Monday, March 11, 2013
Lasting Reign of Terror by Latin American 'Revolutionaries'
As if the Americas do not have enough despair and
grief from a multitude of political, economic, and escalating violent crime maladies, left-wing revolutionaries continue their
decade's old and relentless campaigns of terror against governments and their people throughout Latin America.
Transnational crime and criminal organizations (TCOs) in this hemisphere also continue their
onslaught in the battle for massive US dollars and foreign revenue with their illicit markets of drug trafficking and associated
violent criminal acts that are becoming equally diverse.
Even drug trafficking
becomes a lucrative revenue source for the revolutionaries, and an effective conduit with the TCOs for the left-wing terrorists
to sustain their fight against democratic governments.
They view the
governments as exploitive, corrupt and authoritarian, and emphasize idealism, pacifism and anti-imperialism. Much of their
ideology is heavily influenced by Marxist and other communist and socialist thought. As in classic terrorism, the concept
of "propaganda by the deed" serves as an action meant to be a major sobering example to others.
Groups such as the Revolutionary Armed Forces of Colombia (FARC); the National Liberation
Army (ELN); and the Shining Path (Sendero Luminoso) in Peru continue in their respective campaigns for a much larger Latin
American revolution. There are others with what is perceived as much less clout -- but with deadly weapons and capabilities.
The Shining Path has called for the abolition of a national market economy, industry, the
banking system, and all foreign trade. The actions of the Shining Path have reportedly claimed 25,000 to 30,000 lives, of
these more than 1,000 were children.
Even Mexico has sustained a bloody
fight of terroristic acts against the homeland, in addition to the massive violence and death toll of drug smuggling and other
rising rates of crime.
The Popular Revolutionary Army (EPR), a Mexican
leftist guerrilla organization, has supported armed struggle against the Mexican government. Formed as a merger of 14 smaller
groups, EPR's primary aim was to overthrow the government of Mexico. Over the years, the group (and splinters) has performed
a sporadic series of coordinated attacks on police and others in Mexico.
attacks against Mexican oil and gas pipelines in July 2007, then President Felipe Calderon deployed 5,000 special troops against
the saboteurs to secure the pipelines, as well as dams and power plants. After the attacks, the Mexican Intelligence Service
(Centro de Investigación y Seguridad Nacional) leaked a report stating that "Venezuela's President Hugo Chavez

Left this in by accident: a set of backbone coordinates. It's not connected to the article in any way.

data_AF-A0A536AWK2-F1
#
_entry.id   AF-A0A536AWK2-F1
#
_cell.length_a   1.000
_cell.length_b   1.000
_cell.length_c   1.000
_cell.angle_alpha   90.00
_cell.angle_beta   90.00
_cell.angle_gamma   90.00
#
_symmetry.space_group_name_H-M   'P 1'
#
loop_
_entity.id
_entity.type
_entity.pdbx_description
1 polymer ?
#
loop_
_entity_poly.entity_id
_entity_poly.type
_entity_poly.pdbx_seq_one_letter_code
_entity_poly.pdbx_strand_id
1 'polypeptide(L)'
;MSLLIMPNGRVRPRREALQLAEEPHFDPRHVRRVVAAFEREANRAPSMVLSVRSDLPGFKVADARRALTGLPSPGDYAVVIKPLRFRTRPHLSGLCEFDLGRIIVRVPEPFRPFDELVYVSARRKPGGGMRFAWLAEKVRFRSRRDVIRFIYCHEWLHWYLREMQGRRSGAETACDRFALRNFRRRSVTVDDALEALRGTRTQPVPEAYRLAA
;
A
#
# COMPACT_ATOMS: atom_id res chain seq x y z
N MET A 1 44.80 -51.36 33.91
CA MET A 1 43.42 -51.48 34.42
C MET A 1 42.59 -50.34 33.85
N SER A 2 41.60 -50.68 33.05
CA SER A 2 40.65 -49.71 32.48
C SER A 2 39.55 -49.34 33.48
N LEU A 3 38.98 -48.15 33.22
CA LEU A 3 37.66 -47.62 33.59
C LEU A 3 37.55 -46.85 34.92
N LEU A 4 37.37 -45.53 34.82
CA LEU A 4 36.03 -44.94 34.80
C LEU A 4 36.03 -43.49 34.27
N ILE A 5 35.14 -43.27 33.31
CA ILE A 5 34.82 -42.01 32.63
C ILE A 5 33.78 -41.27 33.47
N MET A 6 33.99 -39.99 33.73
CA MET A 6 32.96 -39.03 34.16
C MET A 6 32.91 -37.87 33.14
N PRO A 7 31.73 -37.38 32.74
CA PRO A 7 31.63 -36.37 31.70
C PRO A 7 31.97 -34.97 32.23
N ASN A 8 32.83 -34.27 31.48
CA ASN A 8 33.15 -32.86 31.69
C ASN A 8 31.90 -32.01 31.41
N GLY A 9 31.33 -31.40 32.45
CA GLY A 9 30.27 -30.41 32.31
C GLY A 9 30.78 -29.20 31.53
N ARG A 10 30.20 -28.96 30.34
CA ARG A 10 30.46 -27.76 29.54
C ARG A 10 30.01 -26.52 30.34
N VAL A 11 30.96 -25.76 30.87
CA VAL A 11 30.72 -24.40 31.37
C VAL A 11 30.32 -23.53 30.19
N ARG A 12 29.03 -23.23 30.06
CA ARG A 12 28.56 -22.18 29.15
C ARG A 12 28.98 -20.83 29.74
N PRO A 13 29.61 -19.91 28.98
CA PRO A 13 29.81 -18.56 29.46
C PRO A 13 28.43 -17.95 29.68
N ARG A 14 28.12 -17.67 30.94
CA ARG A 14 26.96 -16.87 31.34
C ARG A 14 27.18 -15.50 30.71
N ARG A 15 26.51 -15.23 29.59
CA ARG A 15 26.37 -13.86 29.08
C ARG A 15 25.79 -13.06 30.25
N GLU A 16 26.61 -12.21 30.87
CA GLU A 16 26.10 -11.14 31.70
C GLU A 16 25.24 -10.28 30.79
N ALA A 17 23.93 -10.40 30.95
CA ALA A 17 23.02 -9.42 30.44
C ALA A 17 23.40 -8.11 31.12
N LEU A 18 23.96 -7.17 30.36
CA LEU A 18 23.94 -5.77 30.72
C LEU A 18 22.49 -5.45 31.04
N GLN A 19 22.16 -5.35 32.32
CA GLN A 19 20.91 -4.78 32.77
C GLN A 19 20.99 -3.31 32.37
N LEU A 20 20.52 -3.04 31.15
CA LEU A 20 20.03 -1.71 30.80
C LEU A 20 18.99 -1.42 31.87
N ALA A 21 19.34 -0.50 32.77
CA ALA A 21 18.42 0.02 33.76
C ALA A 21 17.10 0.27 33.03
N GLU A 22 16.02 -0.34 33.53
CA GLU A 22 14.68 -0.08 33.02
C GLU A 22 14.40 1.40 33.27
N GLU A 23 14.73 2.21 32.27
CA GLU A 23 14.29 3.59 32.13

was believed to be supporting the EPR with materials, armaments, and training."
Chavez's support for the FARC, as well as harboring of the group's leaders who have operated openly within
Venezuela's borders, has been suspected for years. Chavez's ban on over-flights by U.S. planes participating in antinarcotics
operations in Colombia, and his government's refusal to cooperate with the U.S. DEA, have benefited the FARC. It may be
no coincidence that Venezuela became a major suspected source of cocaine trafficking destined to the northern cone of Central
America and beyond.
Despite the FARC's murderous rampage and its once
holding of Venezuelan hostages, Hugo Chavez's leftist regime confessed its direct support for and solidarity with the
FARC terrorist group. During one speech before Venezuela's Congress, Chavez asked that the FARC be removed from U.S. and
European terrorist lists, insisting that the group "deserves recognition (as) insurgent forces that have a political
project, a Bolivarian project that is respected here."
choice weaponry is the AK-47 assault rifle, one among a vast armament of military-grade weapons, ordnance and crude landmines.
The Hugo Chavez regime has also spent billions of dollars for Russian arms and 100,000 Kalashnikov assault rifles -- although
for no reported or expressed need.
Although some media report that the
FARC has fewer than 8,000 soldiers, and the second largest guerrilla army, the ELN, less than 1,500, many smaller gang-like
or cellular groups are active, along with the main groups, in continuing violence.
Recently rebels in Colombia destroyed a police station during an attack on a town in the southern department of Guaviare.
Kidnappings in Colombia jumped 345 percent in 2012, albeit no reliable statistics or sources can distinguish between revolutionary
acts and common crime. As well, FARC guerrillas ambushed authorities responding to a fire last week in the Miraflores municipality
by tossing a grenade at those trying to access the flames.
rebel groups on Colombia's oil infrastructure continue to increase, with 14 attacks this year alone. Colombian oil supplies
are being disrupted as FARC armed rebels blow up sections of oil pipeline. These attacks are said to be "aimed at hitting
the economy of Colombia."
Last week there was a U.S. Embassy warning
about a potential kidnapping threat in the Cuzco region of Peru, citing existing evidence of a threat by the Shining Path
terrorist group. There was alleged discussion of "kidnapping foreigners, particularly Americans."
Left-wing rebel groups in Latin America are far from dead.
Jerry Brewer is C.E.O. of Criminal Justice International Associates, a global threat mitigation firm headquartered in northern Virginia.
His website is located at http://www.cjiausa.org/.